If possible, respond to learners who interviewed teachers for a different age range than your own. In your response to at least two other learners, compare the results of their observations with yours. Do you see any significant differences in the observations? Do you see differences based on different age classes? Why do you think that is or is not true?
Interview 1 and 2 grade
I had the opportunity to observe the 1st and 2nd grade classrooms. There are students who are being serviced by Ms. G with varying learning disabilities. This would include some physical, learning, and cognitive disabilities. When it comes to ecological approaches with Ms. G., she looks at all the areas in which she helps with making decisions for the students from day to day. Ms. G. tries to make sure that there is a home-school connection taking place in her classroom. It is important to make sure I share that Ms. G. wants to be able to support her students in everyway possible. Hand-on approaches are always apart of the lessons in her classroom for teaching and learning.
There are so many centers or areas of attraction for the students to have modifications with learning different skills. This would help the students with recalling facts, letters, shapes, numbers and colors. Ms. G. does spend extra time with those students who are not getting or grasping the lesson in the classroom to support them with gathering those necessary skills to succeed. Ms. G. makes sure that all the students are respectful of others which includes diversity and cultural backgrounds. I watched during her lesson to practice with the students in sign language and various foreign words for hello. I even learned how to say okay in Hindu while in this classroom setting.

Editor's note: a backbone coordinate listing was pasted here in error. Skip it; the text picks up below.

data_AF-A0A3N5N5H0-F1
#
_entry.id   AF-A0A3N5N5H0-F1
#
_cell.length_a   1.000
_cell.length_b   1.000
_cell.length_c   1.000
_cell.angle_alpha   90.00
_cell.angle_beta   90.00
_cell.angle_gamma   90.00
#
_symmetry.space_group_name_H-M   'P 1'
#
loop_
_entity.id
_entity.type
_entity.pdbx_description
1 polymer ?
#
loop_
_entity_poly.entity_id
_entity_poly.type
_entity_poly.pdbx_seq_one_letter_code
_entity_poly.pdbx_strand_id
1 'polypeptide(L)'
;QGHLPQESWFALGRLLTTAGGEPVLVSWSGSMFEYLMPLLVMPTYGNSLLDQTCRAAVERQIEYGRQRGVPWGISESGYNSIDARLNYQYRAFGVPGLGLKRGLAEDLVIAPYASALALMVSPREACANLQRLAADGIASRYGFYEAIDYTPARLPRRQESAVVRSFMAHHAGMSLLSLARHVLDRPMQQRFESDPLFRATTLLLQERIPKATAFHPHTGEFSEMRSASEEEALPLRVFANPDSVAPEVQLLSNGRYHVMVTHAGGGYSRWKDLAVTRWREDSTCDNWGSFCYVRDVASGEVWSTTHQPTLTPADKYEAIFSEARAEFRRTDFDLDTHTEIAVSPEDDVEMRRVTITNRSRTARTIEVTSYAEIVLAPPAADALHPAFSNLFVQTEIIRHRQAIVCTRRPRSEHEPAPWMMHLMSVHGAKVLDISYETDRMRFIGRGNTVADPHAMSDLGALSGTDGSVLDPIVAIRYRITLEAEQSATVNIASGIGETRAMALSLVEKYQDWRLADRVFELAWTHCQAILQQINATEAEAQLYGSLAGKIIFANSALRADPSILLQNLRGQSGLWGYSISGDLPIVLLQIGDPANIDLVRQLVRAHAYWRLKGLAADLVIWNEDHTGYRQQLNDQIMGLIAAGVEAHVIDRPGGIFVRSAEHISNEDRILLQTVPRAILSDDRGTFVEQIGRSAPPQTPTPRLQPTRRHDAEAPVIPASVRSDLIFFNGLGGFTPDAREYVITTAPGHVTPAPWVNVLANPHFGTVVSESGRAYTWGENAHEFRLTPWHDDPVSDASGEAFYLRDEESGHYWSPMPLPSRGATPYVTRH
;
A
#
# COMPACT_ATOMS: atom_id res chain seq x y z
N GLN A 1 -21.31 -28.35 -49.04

Ms. G. is the type of teacher who never has to raise her voice in her classroom. She provides direct instruction to those students but has various items to use in the classroom to get the children’s attention. I especially like how she uses her call and response for the children to grab their attention. I also witnessed her giving the students various facial expressions to follow directions. When children are participating in teacher-guided activities, experts recommend the use of small groups and, when possible, one-on-one interaction with children in order to maximize a teacher’s ability to be responsive to children and provide individualized attention to children (Wasik, 2008). It is safe to say in my opinion that she provides the greatest milieu for teaching and learning to take place with the resources she has in her classroom for her students. Respect is something that is a top priority in Ms. G.’s classroom. When it comes to the Minnesota Code of Ethics, she is truly applying those standards. Ms. G. is truly committed to excellence for all in her classroom with her students. She expects respect and expect her children in her classroom to respect each other. What ways would you support a first year teacher with getting respect from her students?
Interview high school